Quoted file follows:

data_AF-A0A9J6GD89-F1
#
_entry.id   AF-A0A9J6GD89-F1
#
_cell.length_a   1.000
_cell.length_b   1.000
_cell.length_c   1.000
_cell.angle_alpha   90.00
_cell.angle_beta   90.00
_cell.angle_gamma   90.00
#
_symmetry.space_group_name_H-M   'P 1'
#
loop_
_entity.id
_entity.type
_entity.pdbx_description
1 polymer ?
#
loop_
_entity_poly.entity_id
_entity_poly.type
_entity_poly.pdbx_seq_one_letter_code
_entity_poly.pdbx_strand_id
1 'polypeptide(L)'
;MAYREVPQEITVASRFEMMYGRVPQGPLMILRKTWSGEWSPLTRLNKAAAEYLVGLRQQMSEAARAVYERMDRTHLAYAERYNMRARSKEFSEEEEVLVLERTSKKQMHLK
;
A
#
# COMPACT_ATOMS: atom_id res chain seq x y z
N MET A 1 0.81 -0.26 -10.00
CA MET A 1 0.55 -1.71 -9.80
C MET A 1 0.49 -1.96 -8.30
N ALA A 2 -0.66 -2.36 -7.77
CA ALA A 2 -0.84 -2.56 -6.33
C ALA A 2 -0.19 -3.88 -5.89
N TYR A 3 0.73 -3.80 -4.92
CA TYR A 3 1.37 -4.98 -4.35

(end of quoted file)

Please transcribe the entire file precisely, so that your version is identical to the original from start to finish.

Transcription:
data_AF-A0A9J6GD89-F1
#
_entry.id   AF-A0A9J6GD89-F1
#
_cell.length_a   1.000
_cell.length_b   1.000
_cell.length_c   1.000
_cell.angle_alpha   90.00
_cell.angle_beta   90.00
_cell.angle_gamma   90.00
#
_symmetry.space_group_name_H-M   'P 1'
#
loop_
_entity.id
_entity.type
_entity.pdbx_description
1 polymer ?
#
loop_
_entity_poly.entity_id
_entity_poly.type
_entity_poly.pdbx_seq_one_letter_code
_entity_poly.pdbx_strand_id
1 'polypeptide(L)'
;MAYREVPQEITVASRFEMMYGRVPQGPLMILRKTWSGEWSPLTRLNKAAAEYLVGLRQQMSEAARAVYERMDRTHLAYAERYNMRARSKEFSEEEEVLVLERTSKKQMHLK
;
A
#
# COMPACT_ATOMS: atom_id res chain seq x y z
N MET A 1 0.81 -0.26 -10.00
CA MET A 1 0.55 -1.71 -9.80
C MET A 1 0.49 -1.96 -8.30
N ALA A 2 -0.66 -2.36 -7.77
CA ALA A 2 -0.84 -2.56 -6.33
C ALA A 2 -0.19 -3.88 -5.89
N TYR A 3 0.73 -3.80 -4.92
CA TYR A 3 1.37 -4.98 -4.35